Short storyMy sister and I were 22 months apart. Almost 2 years. Yet it felt like worlds apart. I was 16, she was 14; an awkward age.
Honestly, she wasn’t a horrible girl. I can’t say she tormented me. Yet everything about her irritated me. From her nasal-toned singing voice to her constantly being loved by everyone, above me; all in all, I envied her. Despite this, she wanted to be like me. Looking back at it now, I should have been flattered.
I took advantage of her reliability. Stupidly, I expected it to be there forever. Evidently, I was wrong.
It all began one summer afternoon. A Sunday, after Church. I was stretched, like a lazy dog, across the couch, claiming it as my territory. I remember the TV show that day. A silly Disney cartoon that had managed to snatch my attention. My mum screamed my name from the other room, she wanted me to go down to the corner shop for her.
Usually, I would make an easily recognisable excuse up, but today I just shrugged and thought, ‘Might as well’. Even though the curtains were closed, beams of sunlight peeped through. Enticing me to go out, the golden threads emerged through. Although as I loomed over the doorway, it became apparent that the weather was freezing.
Speeding up the stairs, two at a time, I went to go and change. Once in my cute purple top, comfy jeans and faithful fuzzy boots, I felt confident enough to deal with the harsh outdoors. “Oh, and take Sophia with you.” WHAT?! My mother didn’t realise it but she had just destroyed my beautiful world. So I was expected to go out, in public, saddled with my little sister. She cannot be serious, why me?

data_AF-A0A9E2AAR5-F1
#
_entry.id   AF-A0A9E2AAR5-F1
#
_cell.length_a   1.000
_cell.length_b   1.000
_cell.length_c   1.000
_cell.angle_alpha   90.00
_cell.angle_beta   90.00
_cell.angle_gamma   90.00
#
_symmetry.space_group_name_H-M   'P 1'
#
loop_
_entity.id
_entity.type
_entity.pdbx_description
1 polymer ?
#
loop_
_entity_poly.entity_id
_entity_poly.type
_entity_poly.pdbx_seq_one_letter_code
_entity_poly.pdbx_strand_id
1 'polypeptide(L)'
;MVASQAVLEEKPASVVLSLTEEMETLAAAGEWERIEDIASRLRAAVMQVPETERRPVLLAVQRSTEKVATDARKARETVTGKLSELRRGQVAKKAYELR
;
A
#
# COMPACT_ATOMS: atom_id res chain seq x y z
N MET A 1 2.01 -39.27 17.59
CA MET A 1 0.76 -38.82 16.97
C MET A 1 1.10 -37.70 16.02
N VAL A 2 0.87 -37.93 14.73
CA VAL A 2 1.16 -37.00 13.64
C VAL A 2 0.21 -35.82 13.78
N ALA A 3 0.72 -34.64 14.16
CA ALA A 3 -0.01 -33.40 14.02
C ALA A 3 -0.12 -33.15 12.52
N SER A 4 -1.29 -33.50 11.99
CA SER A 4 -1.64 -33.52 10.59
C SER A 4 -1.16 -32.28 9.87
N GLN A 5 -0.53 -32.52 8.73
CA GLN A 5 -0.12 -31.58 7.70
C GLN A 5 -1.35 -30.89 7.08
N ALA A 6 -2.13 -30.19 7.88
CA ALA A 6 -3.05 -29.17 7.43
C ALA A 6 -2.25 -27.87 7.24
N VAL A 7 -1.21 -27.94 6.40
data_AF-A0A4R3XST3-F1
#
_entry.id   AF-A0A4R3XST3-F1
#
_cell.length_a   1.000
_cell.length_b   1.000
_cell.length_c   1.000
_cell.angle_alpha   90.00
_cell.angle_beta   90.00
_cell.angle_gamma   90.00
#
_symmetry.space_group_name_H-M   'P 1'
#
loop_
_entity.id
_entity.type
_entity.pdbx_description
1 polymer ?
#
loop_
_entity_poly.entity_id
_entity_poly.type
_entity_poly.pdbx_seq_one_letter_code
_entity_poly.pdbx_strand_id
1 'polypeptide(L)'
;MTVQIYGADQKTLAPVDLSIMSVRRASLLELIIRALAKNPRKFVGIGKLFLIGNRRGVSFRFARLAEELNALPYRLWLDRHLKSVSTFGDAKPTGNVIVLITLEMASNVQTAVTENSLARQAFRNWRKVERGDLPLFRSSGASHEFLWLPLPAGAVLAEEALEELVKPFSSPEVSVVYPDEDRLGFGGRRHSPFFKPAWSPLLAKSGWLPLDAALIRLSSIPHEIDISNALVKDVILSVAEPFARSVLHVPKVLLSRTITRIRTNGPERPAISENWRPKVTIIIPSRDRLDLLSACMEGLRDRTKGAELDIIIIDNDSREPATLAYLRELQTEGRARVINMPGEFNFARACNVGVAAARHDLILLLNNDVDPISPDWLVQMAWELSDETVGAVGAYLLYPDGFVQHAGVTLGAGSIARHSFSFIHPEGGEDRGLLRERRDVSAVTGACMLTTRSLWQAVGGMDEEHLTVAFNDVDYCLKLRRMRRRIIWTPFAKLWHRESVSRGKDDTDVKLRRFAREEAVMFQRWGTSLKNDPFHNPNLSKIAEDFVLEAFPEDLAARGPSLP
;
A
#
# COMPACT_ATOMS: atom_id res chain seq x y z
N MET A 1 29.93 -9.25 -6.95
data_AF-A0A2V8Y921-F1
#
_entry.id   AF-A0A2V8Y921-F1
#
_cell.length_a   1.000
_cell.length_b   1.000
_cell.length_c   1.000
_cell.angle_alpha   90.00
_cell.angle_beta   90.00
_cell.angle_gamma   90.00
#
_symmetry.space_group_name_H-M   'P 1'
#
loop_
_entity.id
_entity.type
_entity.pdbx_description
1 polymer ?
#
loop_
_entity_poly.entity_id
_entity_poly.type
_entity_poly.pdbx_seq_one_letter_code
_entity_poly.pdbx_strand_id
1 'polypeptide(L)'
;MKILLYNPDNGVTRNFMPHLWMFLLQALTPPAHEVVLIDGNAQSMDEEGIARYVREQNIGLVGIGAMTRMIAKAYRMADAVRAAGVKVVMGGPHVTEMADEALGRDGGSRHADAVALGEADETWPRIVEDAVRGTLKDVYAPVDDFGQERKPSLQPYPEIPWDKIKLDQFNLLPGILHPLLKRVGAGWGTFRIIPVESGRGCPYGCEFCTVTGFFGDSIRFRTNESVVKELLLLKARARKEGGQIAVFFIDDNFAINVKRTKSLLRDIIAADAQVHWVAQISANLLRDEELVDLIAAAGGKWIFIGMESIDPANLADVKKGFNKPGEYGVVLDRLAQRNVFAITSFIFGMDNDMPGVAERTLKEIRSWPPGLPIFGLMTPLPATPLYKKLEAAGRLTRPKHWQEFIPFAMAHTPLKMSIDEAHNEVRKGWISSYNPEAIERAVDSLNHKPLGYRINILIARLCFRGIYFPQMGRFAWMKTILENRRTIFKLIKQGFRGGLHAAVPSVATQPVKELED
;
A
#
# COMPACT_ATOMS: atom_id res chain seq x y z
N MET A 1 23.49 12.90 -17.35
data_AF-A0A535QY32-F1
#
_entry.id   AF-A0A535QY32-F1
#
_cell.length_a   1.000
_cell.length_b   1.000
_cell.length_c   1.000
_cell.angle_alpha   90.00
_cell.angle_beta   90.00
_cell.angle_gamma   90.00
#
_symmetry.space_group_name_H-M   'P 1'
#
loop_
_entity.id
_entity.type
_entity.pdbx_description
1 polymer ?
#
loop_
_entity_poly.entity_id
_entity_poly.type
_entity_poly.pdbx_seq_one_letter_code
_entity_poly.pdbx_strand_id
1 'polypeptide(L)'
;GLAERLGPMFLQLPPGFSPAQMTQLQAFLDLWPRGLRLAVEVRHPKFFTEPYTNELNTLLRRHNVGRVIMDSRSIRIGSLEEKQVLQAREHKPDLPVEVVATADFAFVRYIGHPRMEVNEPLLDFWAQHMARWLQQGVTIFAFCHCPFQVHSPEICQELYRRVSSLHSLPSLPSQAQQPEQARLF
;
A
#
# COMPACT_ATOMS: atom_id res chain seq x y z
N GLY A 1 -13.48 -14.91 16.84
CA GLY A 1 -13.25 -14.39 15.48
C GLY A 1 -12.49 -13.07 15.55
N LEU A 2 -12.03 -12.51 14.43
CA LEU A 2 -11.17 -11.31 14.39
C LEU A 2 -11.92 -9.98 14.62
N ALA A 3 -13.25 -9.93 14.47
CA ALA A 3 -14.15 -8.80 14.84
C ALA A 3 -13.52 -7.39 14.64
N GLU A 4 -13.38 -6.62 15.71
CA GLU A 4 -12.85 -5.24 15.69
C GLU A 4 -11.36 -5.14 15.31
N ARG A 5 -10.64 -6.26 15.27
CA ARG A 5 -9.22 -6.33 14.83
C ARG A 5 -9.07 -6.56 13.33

Of course all my excuses and pleas fell of deaf ears. My mother evidently didn’t understand my discomfort.
As we went around shopping, we managed to bump into ALL the cool people – How embarrassing! All the guys from school had just seen my not-nearly-as-cool-as-me little sister with me. Fuming after my encounter, I swore for revenge. I just needed an opportunity and, lo and behold, opportunity came knocking.
Whilst waiting at the bus stop for a bus, my mind was going through a million and one schemes, until I hatched a plan. Setting my plan in motion, I exclaimed, “Sophia, we’re getting on this bus coming. Hurry up!” She stood in front of me, getting ready to get on the bus. Slowly, I slid my foot over the threshold of the bus. Just as my foot left the kerb the bus doors began to close. At the last second, I sprang backwards, avoiding them. I stood shrieking like a little girl who had just won a game at an arcade; I thought I was brilliant…
And then, I saw her face. Her face, framed by the window of the bus. She had witnessed it, she had seen how gleeful I was to have her gone. The sense of pain and betrayal painted her face, she could not hide it at all. Then, and only then, did I realise the distance I’d set in motion. . .
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Sibling relationships are often extremely hard. We hate to admit that we have anything in common with them, but we probably do. Whilst writing this I thought about my siblings. I don’t want them to ever think I hate them, because I don’t. I love them. I would do anything for them. I’m their big sister. I wrote this so I would learn to not underestimate them.
© Copyright. 2012